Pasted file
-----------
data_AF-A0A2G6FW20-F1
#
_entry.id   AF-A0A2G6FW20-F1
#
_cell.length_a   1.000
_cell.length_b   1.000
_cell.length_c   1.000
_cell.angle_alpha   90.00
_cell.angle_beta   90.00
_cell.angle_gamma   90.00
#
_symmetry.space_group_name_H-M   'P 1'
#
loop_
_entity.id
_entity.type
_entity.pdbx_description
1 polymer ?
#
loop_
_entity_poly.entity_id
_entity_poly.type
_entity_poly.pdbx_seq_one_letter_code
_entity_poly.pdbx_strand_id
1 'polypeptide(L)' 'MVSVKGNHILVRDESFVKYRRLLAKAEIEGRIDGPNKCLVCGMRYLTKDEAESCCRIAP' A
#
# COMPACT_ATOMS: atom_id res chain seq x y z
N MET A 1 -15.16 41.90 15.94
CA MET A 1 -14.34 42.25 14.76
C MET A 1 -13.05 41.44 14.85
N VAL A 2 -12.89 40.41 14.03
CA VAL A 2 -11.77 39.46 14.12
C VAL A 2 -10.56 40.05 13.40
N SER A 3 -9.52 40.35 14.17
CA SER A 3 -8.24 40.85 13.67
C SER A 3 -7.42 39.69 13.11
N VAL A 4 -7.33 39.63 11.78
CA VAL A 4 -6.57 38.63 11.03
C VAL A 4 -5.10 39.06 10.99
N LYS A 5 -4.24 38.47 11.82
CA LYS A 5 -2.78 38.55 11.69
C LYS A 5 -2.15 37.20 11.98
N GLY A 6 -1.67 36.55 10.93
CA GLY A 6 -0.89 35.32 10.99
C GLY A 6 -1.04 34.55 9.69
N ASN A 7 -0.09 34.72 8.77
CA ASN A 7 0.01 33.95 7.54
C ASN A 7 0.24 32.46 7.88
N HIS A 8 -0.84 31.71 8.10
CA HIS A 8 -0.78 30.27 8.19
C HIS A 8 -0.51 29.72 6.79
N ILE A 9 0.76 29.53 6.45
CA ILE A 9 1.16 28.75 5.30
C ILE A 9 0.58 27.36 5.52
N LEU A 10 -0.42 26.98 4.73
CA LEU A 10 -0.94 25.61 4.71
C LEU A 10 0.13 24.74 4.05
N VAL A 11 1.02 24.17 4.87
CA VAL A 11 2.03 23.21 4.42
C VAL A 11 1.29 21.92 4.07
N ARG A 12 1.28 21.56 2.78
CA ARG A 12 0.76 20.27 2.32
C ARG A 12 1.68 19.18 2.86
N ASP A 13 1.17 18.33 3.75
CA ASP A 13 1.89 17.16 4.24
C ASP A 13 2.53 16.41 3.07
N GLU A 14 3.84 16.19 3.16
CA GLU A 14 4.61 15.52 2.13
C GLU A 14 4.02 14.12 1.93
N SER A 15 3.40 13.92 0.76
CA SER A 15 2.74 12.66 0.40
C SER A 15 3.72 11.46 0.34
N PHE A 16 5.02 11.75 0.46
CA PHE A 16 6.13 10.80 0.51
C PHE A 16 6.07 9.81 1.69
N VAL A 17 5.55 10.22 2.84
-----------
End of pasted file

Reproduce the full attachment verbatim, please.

data_AF-A0A2G6FW20-F1
#
_entry.id   AF-A0A2G6FW20-F1
#
_cell.length_a   1.000
_cell.length_b   1.000
_cell.length_c   1.000
_cell.angle_alpha   90.00
_cell.angle_beta   90.00
_cell.angle_gamma   90.00
#
_symmetry.space_group_name_H-M   'P 1'
#
loop_
_entity.id
_entity.type
_entity.pdbx_description
1 polymer ?
#
loop_
_entity_poly.entity_id
_entity_poly.type
_entity_poly.pdbx_seq_one_letter_code
_entity_poly.pdbx_strand_id
1 'polypeptide(L)' 'MVSVKGNHILVRDESFVKYRRLLAKAEIEGRIDGPNKCLVCGMRYLTKDEAESCCRIAP' A
#
# COMPACT_ATOMS: atom_id res chain seq x y z
N MET A 1 -15.16 41.90 15.94
CA MET A 1 -14.34 42.25 14.76
C MET A 1 -13.05 41.44 14.85
N VAL A 2 -12.89 40.41 14.03
CA VAL A 2 -11.77 39.46 14.12
C VAL A 2 -10.56 40.05 13.40
N SER A 3 -9.52 40.35 14.17
CA SER A 3 -8.24 40.85 13.67
C SER A 3 -7.42 39.69 13.11
N VAL A 4 -7.33 39.63 11.78
CA VAL A 4 -6.57 38.63 11.03
C VAL A 4 -5.10 39.06 10.99
N LYS A 5 -4.24 38.47 11.82
CA LYS A 5 -2.78 38.55 11.69
C LYS A 5 -2.15 37.20 11.98
N GLY A 6 -1.67 36.55 10.93
CA GLY A 6 -0.89 35.32 10.99
C GLY A 6 -1.04 34.55 9.69
N ASN A 7 -0.09 34.72 8.77
CA ASN A 7 0.01 33.95 7.54
C ASN A 7 0.24 32.46 7.88
N HIS A 8 -0.84 31.71 8.10
CA HIS A 8 -0.78 30.27 8.19
C HIS A 8 -0.51 29.72 6.79
N ILE A 9 0.76 29.53 6.45
CA ILE A 9 1.16 28.75 5.30
C ILE A 9 0.58 27.36 5.52
N LEU A 10 -0.42 26.98 4.73
CA LEU A 10 -0.94 25.61 4.71
C LEU A 10 0.13 24.74 4.05
N VAL A 11 1.02 24.17 4.87
CA VAL A 11 2.03 23.21 4.42
C VAL A 11 1.29 21.92 4.07
N ARG A 12 1.28 21.56 2.78
CA ARG A 12 0.76 20.27 2.32
C ARG A 12 1.68 19.18 2.86
N ASP A 13 1.17 18.33 3.75
CA ASP A 13 1.89 17.16 4.24
C ASP A 13 2.53 16.41 3.07
N GLU A 14 3.84 16.19 3.16
CA GLU A 14 4.61 15.52 2.13
C GLU A 14 4.02 14.12 1.93
N SER A 15 3.40 13.92 0.76
CA SER A 15 2.74 12.66 0.40
C SER A 15 3.72 11.46 0.34
N PHE A 16 5.02 11.75 0.46
CA PHE A 16 6.13 10.80 0.51
C PHE A 16 6.07 9.81 1.69
N VAL A 17 5.55 10.22 2.84